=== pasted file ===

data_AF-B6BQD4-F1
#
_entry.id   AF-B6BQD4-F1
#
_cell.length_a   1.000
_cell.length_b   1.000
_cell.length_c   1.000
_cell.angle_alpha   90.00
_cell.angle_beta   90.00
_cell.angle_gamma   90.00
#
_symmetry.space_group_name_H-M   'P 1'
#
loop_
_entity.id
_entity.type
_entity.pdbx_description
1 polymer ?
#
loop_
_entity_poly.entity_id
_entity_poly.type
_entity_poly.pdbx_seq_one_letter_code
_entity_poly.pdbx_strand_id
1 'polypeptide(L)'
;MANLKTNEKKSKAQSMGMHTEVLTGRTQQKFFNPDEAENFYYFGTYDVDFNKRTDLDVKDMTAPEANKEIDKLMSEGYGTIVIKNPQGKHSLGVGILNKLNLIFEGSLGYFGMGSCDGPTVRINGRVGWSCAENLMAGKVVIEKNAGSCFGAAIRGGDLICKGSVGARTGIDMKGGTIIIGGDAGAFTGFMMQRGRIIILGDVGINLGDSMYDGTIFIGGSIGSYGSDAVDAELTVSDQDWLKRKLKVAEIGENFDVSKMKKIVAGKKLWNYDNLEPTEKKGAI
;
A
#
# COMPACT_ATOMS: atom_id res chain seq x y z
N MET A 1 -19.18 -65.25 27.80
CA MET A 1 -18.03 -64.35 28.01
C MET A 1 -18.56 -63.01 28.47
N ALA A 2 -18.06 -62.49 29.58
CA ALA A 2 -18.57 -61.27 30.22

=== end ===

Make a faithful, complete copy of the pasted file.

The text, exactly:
data_AF-B6BQD4-F1
#
_entry.id   AF-B6BQD4-F1
#
_cell.length_a   1.000
_cell.length_b   1.000
_cell.length_c   1.000
_cell.angle_alpha   90.00
_cell.angle_beta   90.00
_cell.angle_gamma   90.00
#
_symmetry.space_group_name_H-M   'P 1'
#
loop_
_entity.id
_entity.type
_entity.pdbx_description
1 polymer ?
#
loop_
_entity_poly.entity_id
_entity_poly.type
_entity_poly.pdbx_seq_one_letter_code
_entity_poly.pdbx_strand_id
1 'polypeptide(L)'
;MANLKTNEKKSKAQSMGMHTEVLTGRTQQKFFNPDEAENFYYFGTYDVDFNKRTDLDVKDMTAPEANKEIDKLMSEGYGTIVIKNPQGKHSLGVGILNKLNLIFEGSLGYFGMGSCDGPTVRINGRVGWSCAENLMAGKVVIEKNAGSCFGAAIRGGDLICKGSVGARTGIDMKGGTIIIGGDAGAFTGFMMQRGRIIILGDVGINLGDSMYDGTIFIGGSIGSYGSDAVDAELTVSDQDWLKRKLKVAEIGENFDVSKMKKIVAGKKLWNYDNLEPTEKKGAI
;
A
#
# COMPACT_ATOMS: atom_id res chain seq x y z
N MET A 1 -19.18 -65.25 27.80
CA MET A 1 -18.03 -64.35 28.01
C MET A 1 -18.56 -63.01 28.47
N ALA A 2 -18.06 -62.49 29.58
CA ALA A 2 -18.57 -61.27 30.22